It was expected that the water elevation in our newly restored lake would be somewhat higher than it was seven years ago, when the association was forced to drain it. However, the water level proved to be even higher than anticipated, and we have been dealing with the impacts – and our efforts to mitigate it – ever since.
As some of you are aware, in January the Board of Directors – with input from the most affected property owners – voted to lower the riser tower by six (6) inches), as a result of these impacts. We were proceeding with this plan, and were preparing to approve a proposal from the contractor who did the dam repair at the February Board meeting. That very day, one of the lakeside property owners provided the Board with a certified Engineering survey that showed that the riser tower (whose height determines the water elevation) was 10.4 inches higher than was specified in the project design approved by the state of Virginia- than it was originally when the lake was created. Naturally, this stopped the tower modification process in its tracks.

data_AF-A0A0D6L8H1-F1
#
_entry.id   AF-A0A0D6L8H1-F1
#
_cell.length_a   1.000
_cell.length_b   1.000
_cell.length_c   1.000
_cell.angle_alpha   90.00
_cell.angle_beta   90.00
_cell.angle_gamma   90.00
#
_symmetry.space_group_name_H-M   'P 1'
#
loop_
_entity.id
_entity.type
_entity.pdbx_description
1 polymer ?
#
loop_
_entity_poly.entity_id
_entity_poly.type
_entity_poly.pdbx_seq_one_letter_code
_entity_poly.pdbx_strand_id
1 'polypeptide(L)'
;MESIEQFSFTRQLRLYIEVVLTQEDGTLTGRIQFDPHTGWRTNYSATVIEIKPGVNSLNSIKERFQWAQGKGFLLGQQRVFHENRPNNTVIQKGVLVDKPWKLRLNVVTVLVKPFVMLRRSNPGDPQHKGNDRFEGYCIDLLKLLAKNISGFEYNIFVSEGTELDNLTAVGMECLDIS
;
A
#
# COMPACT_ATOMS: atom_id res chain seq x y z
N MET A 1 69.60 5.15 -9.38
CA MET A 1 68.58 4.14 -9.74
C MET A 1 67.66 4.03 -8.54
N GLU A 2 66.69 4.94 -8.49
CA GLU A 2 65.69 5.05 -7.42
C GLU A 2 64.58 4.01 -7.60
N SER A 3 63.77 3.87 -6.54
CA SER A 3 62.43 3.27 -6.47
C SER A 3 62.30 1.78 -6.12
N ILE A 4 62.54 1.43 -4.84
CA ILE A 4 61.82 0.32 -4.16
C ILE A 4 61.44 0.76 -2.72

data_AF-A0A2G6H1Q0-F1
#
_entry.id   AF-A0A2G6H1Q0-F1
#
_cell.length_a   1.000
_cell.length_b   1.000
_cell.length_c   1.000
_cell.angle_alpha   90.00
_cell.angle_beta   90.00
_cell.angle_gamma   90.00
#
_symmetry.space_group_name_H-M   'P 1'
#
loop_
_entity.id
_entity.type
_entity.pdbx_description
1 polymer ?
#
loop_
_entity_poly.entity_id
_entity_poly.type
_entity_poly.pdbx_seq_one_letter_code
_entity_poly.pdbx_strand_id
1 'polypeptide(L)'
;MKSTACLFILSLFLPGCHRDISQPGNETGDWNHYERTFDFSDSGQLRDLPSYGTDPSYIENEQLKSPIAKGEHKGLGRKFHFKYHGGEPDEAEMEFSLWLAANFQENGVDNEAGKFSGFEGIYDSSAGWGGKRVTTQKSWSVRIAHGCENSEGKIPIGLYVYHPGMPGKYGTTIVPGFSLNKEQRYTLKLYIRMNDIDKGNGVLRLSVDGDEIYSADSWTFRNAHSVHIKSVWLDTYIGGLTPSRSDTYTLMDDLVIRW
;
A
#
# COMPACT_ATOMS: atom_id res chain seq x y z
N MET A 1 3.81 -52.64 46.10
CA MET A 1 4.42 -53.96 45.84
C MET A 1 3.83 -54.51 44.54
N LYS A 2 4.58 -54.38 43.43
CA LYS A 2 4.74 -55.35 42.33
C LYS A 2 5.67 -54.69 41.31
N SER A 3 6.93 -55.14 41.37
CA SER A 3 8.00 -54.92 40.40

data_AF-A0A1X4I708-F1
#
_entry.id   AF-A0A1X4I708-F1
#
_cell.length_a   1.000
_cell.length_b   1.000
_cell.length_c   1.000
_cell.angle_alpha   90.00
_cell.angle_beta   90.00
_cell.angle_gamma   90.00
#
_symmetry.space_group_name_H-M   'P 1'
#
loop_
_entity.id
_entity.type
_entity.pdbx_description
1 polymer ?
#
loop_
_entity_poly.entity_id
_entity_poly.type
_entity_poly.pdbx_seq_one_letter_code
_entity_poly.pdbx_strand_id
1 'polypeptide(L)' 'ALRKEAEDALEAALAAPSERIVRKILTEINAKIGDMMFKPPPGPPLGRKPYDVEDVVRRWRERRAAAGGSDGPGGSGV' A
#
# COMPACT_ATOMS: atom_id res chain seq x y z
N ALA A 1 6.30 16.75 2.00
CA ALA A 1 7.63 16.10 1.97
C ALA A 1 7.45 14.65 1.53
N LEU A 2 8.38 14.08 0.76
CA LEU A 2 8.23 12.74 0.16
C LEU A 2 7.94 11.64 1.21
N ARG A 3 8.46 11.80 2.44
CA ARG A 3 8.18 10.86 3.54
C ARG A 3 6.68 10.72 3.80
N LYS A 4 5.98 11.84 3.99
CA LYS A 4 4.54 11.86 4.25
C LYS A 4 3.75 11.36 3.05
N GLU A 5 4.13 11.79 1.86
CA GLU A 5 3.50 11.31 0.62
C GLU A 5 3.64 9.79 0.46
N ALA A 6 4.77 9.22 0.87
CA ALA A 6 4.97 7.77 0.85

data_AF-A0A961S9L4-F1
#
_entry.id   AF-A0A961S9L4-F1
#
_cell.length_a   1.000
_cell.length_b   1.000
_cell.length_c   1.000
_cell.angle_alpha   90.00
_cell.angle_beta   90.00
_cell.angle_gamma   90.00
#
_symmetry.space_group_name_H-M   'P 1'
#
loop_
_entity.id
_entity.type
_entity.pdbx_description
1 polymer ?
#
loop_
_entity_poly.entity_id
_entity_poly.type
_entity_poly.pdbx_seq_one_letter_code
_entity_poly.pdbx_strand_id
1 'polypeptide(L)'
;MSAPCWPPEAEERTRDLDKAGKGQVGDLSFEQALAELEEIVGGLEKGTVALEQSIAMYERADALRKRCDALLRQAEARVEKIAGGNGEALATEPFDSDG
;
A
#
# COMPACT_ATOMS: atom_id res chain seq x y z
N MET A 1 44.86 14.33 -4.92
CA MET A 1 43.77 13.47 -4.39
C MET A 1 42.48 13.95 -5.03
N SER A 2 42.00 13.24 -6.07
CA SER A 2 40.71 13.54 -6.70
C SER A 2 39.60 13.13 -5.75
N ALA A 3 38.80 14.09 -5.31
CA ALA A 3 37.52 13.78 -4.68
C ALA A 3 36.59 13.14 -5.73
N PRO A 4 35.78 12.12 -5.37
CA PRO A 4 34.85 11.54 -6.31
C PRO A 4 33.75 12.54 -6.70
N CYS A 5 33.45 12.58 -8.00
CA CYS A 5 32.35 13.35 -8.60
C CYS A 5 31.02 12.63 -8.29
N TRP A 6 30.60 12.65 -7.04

The Board had to have our own engineer evaluate the survey (he validated it), decide if we wanted to do our own survey (we are not), and then decide how to proceed. In light of this new information, the Board decided to void the January decision and enforce the project specifications on the contractor- in other words: to put pressure on the contractor to acknowledge the error and lower the riser tower height by 10.4 inches at no cost to TLOA. This effort has been ongoing since March 1, unfortunately without a clear resolution and timetable at this time.
The Board understands that this higher water elevation is a serious issue, and continues to take measures to mitigate it, weekly and after every heavy rainfall. And, we remain committed to lowering the riser tower, and are currently deciding whether to proceed with this work without the involvement of the original contractor, as opposed to waiting any longer to have this permanently resolved.
Completing this lake restoration project, which includes correcting the riser tower height to its original level, remains the top priority of the association and the Board of Directors.